April 19, 2013
Today the events of the Boston Marathon have finally caught up with me.
I’ve been avoiding it.
Well, not completely. I did manage to take this shot of the near completed Freedom Tower on my weekly trip to NYC from upstate New York, a city that I love, a city that I work in and where I grew up.
Every week I see this tower and I think three things in succession:
1) I miss the Twin Towers.
2) There are people who lost people in those towers that miss them every day.
2) Wow, we really are moving on.
Every time I see that tower I think of what was there, what we went through, and that it is over.
When things are devastated, it is a time of shock, chaos and grief.
And then, the Phoenix rises. Without fail.
Looking forward to seeing what rises up in Boston.
Click here to read more about why it often takes a tragedy to remind us of humanity.
It seems we must move on. Whether we are ready, want to or even if we have fully accepted what happened, happened.
We will not forget. I will not forget.
The Phoenix rises, without fail. In it’s own beauty and righteousness, it will always remind us of what we lost, but in it’s own unique mysteriousness.. it also gives us what we all need, Hope.
Amber-Lee, thanks for your poetic, heartfelt response. Here’s to Hope.
“And then, the Phoenix rises. Without fail.”
Some of my children are grown and married. Some are still too little to process things like the Marathon bombing. Yesterday we had the news on, something that’s a rarity in our hose. Catoons rule. You know?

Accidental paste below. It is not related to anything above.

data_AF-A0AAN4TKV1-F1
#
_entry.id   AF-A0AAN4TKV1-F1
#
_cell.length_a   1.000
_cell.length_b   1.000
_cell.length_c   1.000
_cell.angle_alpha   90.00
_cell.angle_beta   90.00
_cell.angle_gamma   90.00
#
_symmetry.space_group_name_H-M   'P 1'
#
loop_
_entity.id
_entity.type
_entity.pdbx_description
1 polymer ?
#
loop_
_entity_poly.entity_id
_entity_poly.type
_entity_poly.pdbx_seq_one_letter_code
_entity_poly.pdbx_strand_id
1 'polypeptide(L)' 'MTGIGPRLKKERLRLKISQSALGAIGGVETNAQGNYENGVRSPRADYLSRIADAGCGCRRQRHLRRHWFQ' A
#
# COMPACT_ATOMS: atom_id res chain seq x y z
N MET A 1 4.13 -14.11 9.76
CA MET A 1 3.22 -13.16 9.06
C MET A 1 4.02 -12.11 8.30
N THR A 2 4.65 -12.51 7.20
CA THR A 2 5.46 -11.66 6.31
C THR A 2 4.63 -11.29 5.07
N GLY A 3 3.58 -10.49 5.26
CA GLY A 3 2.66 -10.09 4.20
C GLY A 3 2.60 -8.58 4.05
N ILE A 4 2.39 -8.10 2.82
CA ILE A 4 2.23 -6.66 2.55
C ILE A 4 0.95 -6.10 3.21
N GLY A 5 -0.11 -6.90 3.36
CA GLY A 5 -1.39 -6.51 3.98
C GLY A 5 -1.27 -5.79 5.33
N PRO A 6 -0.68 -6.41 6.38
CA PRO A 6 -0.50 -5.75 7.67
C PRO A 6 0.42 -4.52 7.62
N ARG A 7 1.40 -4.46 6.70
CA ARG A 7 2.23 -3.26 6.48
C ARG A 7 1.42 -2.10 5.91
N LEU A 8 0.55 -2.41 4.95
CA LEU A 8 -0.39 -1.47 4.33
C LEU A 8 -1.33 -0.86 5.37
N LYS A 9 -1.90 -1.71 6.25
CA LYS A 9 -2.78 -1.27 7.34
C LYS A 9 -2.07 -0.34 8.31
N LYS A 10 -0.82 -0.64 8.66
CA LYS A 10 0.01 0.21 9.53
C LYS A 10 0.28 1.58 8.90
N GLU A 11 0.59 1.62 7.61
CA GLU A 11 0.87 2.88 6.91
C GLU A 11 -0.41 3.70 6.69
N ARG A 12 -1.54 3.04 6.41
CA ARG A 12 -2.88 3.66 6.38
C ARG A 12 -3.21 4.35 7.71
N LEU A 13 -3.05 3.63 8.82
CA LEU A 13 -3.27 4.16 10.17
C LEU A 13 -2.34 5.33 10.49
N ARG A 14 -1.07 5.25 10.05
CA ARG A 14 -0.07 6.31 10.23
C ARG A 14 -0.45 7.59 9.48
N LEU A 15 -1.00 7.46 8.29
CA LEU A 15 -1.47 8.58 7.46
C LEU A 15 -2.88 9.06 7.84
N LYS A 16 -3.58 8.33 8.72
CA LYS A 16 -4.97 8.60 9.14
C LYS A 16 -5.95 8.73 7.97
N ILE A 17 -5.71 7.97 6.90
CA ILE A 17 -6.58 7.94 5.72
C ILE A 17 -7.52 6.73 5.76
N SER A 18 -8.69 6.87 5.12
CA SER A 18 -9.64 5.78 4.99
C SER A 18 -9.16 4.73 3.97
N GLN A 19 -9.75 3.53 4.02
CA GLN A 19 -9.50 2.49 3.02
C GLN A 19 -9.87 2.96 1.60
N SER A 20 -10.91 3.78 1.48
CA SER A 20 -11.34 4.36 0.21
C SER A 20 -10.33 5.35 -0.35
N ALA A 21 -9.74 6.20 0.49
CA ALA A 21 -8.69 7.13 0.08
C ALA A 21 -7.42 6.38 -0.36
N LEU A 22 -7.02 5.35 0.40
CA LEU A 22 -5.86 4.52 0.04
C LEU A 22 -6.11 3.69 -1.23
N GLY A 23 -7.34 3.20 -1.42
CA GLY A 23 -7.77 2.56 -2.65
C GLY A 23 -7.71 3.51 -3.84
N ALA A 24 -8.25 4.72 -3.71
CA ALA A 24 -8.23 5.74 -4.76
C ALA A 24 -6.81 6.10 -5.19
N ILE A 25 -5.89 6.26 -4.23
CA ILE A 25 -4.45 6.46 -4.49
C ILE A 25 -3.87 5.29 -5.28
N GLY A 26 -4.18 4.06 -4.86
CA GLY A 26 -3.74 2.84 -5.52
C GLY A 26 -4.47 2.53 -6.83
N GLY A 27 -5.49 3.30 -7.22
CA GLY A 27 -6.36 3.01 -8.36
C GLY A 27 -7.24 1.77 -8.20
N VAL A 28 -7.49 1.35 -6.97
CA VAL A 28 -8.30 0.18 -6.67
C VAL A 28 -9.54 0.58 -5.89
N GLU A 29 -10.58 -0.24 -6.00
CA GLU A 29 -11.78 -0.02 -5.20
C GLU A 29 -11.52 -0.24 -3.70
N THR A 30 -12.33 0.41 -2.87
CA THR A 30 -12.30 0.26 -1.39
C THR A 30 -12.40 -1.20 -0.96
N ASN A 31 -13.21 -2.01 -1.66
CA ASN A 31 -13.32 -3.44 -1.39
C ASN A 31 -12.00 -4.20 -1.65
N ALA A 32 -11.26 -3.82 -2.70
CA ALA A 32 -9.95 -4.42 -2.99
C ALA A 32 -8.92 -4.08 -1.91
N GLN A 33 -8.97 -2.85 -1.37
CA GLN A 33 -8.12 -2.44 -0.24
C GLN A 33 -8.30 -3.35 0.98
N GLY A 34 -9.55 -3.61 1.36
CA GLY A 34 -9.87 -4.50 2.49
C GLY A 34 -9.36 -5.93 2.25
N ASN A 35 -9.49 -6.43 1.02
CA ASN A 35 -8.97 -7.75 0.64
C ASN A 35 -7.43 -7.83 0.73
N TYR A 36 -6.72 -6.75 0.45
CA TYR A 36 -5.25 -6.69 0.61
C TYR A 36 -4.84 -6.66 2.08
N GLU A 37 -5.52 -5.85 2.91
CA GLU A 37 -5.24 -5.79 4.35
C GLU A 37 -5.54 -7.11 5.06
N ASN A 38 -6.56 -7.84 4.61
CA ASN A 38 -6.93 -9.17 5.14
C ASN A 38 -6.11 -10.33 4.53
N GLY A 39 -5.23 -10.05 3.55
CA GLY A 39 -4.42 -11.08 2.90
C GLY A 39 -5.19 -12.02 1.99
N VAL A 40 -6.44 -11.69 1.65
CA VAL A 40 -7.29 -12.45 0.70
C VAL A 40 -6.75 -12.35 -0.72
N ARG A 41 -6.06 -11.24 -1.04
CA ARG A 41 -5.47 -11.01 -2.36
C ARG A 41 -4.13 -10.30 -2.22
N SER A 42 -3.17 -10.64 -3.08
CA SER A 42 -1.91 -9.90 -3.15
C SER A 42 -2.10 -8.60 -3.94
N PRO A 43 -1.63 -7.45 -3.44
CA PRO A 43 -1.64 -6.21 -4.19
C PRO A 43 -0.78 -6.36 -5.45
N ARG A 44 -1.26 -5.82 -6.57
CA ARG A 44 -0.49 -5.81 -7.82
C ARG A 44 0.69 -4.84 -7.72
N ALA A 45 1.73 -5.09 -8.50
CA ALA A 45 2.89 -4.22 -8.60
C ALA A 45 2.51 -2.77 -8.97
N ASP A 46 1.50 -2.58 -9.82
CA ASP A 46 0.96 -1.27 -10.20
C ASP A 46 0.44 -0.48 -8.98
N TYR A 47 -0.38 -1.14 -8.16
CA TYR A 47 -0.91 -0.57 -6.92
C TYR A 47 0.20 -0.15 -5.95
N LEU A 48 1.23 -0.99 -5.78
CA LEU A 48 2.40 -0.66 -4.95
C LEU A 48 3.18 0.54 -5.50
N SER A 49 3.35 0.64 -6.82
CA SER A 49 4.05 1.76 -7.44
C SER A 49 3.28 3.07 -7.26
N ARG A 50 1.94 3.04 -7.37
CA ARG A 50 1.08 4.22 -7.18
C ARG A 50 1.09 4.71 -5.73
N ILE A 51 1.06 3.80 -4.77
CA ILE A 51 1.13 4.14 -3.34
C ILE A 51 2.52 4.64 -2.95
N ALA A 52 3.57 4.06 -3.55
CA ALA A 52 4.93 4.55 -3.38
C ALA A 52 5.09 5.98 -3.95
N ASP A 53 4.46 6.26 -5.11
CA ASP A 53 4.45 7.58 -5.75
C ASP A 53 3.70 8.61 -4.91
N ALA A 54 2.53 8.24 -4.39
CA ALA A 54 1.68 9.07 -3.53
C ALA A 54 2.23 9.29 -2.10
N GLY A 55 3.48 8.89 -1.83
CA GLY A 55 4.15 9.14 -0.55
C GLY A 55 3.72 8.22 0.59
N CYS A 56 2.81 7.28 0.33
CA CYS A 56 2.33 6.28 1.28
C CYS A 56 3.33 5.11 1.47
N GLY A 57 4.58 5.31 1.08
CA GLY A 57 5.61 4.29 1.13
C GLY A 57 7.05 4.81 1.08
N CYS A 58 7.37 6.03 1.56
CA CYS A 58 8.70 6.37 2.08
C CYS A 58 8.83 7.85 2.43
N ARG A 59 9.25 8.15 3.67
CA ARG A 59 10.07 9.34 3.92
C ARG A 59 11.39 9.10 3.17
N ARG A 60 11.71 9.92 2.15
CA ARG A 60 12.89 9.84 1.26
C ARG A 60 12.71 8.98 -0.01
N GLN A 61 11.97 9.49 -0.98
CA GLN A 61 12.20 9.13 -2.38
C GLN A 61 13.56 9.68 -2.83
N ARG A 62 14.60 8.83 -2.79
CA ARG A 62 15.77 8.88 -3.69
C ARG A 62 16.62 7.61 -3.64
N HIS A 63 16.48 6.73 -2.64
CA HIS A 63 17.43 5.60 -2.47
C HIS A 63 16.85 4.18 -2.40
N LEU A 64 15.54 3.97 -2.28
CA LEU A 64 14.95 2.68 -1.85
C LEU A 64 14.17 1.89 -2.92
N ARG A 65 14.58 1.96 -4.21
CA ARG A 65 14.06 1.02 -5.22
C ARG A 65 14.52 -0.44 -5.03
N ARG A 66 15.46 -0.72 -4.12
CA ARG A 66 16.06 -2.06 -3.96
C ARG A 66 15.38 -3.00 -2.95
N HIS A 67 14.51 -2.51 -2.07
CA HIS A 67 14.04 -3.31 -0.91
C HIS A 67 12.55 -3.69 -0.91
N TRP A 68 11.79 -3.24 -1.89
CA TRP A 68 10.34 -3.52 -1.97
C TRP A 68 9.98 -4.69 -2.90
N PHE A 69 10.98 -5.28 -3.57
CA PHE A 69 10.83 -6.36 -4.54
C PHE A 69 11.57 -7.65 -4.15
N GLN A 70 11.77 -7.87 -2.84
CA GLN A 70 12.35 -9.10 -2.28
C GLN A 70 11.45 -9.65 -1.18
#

But because the news was on, my 7 yr. old was confused and worried about what a manhunt was and what was going to happen “in the end?”
It came to me very quickly – with young children it has to be quick or “I don’t know” – and I blurted out that bad things happen, but in the end in always works out….the Phoenix always rises. There will be suffering and sometimes fear, but there’s always a rest from it when we rebuild our hope and our communities…until the next time.
I’m convinced that that is true.
Thanks so much for your comments, Betsy. Your kids are very lucky. And I enjoyed taking the very well written tour of your garden this morning on G+.
Blair, thanks for this fine short post and also the article you linked on “Our Inner Lives,” — truly touching. You ask that very important question of where and when our humanity surfaces and why. I guess I sense we yearn for that humanity often, and also too often numb it out beneath our routines and our mechanical refrain, “I’m fine. I’m just fine,” especially when we’re not. The wound is there but then, so also is the healing.
Dan, Thanks so much for reading and for your reflections. The disconnected “I’m fine” is an epidemic I’d seriously love to see evaporate.
[…] as part of the Lead with Giants community on G+. She wrote a truly wonderful and heartfelt post, From NY to Boston, With Love, on this tragic event speaking of her experience living in the Big Apple. Conveying beautiful […]